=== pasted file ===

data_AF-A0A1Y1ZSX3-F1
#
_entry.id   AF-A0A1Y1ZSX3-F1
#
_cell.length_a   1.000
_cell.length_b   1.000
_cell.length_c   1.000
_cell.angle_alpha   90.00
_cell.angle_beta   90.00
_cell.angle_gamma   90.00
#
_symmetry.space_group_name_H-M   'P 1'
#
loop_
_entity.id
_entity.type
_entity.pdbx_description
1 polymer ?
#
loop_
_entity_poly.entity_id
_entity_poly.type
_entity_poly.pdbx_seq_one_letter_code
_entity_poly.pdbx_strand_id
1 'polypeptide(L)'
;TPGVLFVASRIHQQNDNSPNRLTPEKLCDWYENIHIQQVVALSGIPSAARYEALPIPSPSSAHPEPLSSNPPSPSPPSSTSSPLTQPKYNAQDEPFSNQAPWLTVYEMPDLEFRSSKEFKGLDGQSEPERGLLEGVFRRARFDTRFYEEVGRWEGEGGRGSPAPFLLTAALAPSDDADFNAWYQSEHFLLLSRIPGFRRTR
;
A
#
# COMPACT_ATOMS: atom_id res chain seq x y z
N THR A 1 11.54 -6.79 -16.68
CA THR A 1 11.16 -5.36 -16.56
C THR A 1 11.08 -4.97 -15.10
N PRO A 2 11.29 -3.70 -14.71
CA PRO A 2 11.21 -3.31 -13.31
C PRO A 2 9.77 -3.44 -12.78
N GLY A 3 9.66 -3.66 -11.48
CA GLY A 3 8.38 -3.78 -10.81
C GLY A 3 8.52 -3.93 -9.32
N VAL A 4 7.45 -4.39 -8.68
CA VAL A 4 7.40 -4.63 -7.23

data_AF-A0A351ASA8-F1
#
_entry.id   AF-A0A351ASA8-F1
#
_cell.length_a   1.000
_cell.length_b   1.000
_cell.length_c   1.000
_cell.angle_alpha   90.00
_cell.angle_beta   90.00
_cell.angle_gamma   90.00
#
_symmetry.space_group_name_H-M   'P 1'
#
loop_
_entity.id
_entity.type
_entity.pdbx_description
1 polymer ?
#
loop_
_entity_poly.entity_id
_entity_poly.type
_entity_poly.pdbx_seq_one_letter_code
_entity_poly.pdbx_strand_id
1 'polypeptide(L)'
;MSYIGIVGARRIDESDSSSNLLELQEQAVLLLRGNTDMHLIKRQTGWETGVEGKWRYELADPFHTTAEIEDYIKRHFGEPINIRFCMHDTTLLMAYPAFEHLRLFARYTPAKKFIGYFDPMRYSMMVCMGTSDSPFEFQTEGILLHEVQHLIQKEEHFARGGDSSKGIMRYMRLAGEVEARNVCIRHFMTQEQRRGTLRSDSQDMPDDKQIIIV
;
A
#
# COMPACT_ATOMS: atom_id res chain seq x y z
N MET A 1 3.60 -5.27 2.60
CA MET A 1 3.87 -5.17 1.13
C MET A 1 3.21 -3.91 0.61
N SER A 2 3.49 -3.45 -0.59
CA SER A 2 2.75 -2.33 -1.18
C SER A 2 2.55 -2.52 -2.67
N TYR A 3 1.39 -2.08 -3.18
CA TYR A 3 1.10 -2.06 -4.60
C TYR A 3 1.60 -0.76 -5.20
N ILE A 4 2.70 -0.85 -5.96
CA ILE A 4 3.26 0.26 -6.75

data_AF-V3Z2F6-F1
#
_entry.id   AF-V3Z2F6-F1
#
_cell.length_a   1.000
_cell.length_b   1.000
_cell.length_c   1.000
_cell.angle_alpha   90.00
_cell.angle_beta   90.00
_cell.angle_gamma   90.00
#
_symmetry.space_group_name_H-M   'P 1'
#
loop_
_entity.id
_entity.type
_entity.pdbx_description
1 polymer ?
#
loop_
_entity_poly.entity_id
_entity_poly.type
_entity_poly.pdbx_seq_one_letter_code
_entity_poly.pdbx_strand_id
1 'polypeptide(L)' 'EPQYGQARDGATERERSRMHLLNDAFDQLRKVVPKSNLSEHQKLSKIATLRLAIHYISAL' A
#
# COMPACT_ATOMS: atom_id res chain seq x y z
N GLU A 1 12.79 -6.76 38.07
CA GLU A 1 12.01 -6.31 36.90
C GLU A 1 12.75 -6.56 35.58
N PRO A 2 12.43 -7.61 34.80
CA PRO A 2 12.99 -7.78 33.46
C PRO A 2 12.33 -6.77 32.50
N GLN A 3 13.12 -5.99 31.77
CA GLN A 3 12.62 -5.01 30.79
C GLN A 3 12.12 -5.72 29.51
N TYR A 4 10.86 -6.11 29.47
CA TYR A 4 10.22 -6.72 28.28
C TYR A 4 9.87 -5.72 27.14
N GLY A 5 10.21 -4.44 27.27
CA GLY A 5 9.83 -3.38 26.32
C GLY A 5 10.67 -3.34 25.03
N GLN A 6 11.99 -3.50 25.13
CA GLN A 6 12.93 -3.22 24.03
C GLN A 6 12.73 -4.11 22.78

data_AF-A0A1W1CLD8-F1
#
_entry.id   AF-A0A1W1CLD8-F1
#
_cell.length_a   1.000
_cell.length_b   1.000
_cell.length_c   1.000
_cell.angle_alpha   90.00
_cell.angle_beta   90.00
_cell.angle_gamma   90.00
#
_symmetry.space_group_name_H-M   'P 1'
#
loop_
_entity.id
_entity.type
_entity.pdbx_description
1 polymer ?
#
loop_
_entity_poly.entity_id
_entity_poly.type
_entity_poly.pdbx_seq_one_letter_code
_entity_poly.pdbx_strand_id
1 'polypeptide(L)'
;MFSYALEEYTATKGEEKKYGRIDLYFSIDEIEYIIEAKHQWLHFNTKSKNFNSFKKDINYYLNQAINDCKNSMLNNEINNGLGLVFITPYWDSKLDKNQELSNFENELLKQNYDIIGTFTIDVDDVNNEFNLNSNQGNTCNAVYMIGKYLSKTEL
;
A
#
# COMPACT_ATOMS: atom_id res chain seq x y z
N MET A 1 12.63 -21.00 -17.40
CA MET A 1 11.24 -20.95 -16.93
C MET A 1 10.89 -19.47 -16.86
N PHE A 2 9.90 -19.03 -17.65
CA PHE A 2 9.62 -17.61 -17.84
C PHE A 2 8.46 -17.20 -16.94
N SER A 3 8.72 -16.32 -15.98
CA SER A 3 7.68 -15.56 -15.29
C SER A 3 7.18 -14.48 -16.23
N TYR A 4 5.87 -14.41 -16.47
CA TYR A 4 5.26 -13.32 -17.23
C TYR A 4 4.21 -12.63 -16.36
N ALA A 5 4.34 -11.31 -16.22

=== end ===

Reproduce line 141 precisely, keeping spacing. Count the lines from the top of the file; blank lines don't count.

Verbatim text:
loop_